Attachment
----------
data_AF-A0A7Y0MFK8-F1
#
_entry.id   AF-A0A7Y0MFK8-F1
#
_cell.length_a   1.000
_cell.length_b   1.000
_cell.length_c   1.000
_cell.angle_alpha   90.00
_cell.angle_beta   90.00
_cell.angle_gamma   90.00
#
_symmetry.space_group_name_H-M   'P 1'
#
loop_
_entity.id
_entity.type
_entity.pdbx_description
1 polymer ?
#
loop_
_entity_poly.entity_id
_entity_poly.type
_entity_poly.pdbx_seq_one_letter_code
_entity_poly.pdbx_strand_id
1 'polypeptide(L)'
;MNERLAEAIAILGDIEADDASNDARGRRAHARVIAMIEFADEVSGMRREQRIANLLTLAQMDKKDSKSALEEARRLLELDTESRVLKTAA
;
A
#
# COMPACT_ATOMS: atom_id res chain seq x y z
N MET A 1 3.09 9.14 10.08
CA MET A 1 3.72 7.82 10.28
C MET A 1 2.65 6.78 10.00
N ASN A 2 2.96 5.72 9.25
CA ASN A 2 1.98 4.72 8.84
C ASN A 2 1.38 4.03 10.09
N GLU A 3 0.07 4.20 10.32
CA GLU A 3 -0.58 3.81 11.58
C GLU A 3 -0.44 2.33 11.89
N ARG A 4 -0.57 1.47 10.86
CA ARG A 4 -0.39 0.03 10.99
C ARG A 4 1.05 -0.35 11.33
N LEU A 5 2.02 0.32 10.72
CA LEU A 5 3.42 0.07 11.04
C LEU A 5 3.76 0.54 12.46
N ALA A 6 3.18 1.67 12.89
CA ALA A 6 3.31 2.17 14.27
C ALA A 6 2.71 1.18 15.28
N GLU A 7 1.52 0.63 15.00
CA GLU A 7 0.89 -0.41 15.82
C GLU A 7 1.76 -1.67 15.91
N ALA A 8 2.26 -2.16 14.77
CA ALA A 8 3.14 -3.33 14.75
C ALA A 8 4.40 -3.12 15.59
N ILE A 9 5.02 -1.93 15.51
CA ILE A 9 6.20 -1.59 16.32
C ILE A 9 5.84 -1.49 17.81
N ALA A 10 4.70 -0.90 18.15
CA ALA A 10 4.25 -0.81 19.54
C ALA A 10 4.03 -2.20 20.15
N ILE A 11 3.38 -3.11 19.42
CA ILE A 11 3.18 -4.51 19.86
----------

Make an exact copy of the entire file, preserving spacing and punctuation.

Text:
data_AF-A0A7Y0MFK8-F1
#
_entry.id   AF-A0A7Y0MFK8-F1
#
_cell.length_a   1.000
_cell.length_b   1.000
_cell.length_c   1.000
_cell.angle_alpha   90.00
_cell.angle_beta   90.00
_cell.angle_gamma   90.00
#
_symmetry.space_group_name_H-M   'P 1'
#
loop_
_entity.id
_entity.type
_entity.pdbx_description
1 polymer ?
#
loop_
_entity_poly.entity_id
_entity_poly.type
_entity_poly.pdbx_seq_one_letter_code
_entity_poly.pdbx_strand_id
1 'polypeptide(L)'
;MNERLAEAIAILGDIEADDASNDARGRRAHARVIAMIEFADEVSGMRREQRIANLLTLAQMDKKDSKSALEEARRLLELDTESRVLKTAA
;
A
#
# COMPACT_ATOMS: atom_id res chain seq x y z
N MET A 1 3.09 9.14 10.08
CA MET A 1 3.72 7.82 10.28
C MET A 1 2.65 6.78 10.00
N ASN A 2 2.96 5.72 9.25
CA ASN A 2 1.98 4.72 8.84
C ASN A 2 1.38 4.03 10.09
N GLU A 3 0.07 4.20 10.32
CA GLU A 3 -0.58 3.81 11.58
C GLU A 3 -0.44 2.33 11.89
N ARG A 4 -0.57 1.47 10.86
CA ARG A 4 -0.39 0.03 10.99
C ARG A 4 1.05 -0.35 11.33
N LEU A 5 2.02 0.32 10.72
CA LEU A 5 3.42 0.07 11.04
C LEU A 5 3.76 0.54 12.46
N ALA A 6 3.18 1.67 12.89
CA ALA A 6 3.31 2.17 14.27
C ALA A 6 2.71 1.18 15.28
N GLU A 7 1.52 0.63 15.00
CA GLU A 7 0.89 -0.41 15.82
C GLU A 7 1.76 -1.67 15.91
N ALA A 8 2.26 -2.16 14.77
CA ALA A 8 3.14 -3.33 14.75
C ALA A 8 4.40 -3.12 15.59
N ILE A 9 5.02 -1.93 15.51
CA ILE A 9 6.20 -1.59 16.32
C ILE A 9 5.84 -1.49 17.81
N ALA A 10 4.70 -0.90 18.15
CA ALA A 10 4.25 -0.81 19.54
C ALA A 10 4.03 -2.20 20.15
N ILE A 11 3.38 -3.11 19.42
CA ILE A 11 3.18 -4.51 19.86